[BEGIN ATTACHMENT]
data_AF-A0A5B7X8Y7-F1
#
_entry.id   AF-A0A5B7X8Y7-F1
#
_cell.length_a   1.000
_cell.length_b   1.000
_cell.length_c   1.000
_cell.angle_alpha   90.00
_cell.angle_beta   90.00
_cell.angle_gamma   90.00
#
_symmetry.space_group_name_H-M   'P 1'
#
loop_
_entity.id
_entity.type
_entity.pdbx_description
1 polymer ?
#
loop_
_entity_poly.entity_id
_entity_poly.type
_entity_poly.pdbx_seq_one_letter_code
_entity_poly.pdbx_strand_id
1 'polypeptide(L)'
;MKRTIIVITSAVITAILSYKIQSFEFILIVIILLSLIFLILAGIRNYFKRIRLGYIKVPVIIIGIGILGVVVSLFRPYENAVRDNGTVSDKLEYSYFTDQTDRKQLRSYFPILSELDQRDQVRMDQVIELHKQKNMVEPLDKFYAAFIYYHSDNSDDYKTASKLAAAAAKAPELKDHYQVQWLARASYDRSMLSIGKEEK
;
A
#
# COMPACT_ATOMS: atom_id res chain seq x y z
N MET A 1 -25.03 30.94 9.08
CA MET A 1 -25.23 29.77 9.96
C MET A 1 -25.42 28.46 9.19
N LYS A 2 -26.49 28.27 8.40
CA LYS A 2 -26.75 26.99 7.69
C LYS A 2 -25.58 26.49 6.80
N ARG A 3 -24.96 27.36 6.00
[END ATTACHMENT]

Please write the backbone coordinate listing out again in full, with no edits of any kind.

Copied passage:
data_AF-A0A5B7X8Y7-F1
#
_entry.id   AF-A0A5B7X8Y7-F1
#
_cell.length_a   1.000
_cell.length_b   1.000
_cell.length_c   1.000
_cell.angle_alpha   90.00
_cell.angle_beta   90.00
_cell.angle_gamma   90.00
#
_symmetry.space_group_name_H-M   'P 1'
#
loop_
_entity.id
_entity.type
_entity.pdbx_description
1 polymer ?
#
loop_
_entity_poly.entity_id
_entity_poly.type
_entity_poly.pdbx_seq_one_letter_code
_entity_poly.pdbx_strand_id
1 'polypeptide(L)'
;MKRTIIVITSAVITAILSYKIQSFEFILIVIILLSLIFLILAGIRNYFKRIRLGYIKVPVIIIGIGILGVVVSLFRPYENAVRDNGTVSDKLEYSYFTDQTDRKQLRSYFPILSELDQRDQVRMDQVIELHKQKNMVEPLDKFYAAFIYYHSDNSDDYKTASKLAAAAAKAPELKDHYQVQWLARASYDRSMLSIGKEEK
;
A
#
# COMPACT_ATOMS: atom_id res chain seq x y z
N MET A 1 -25.03 30.94 9.08
CA MET A 1 -25.23 29.77 9.96
C MET A 1 -25.42 28.46 9.19
N LYS A 2 -26.49 28.27 8.40
CA LYS A 2 -26.75 26.99 7.69
C LYS A 2 -25.58 26.49 6.80
N ARG A 3 -24.96 27.36 6.00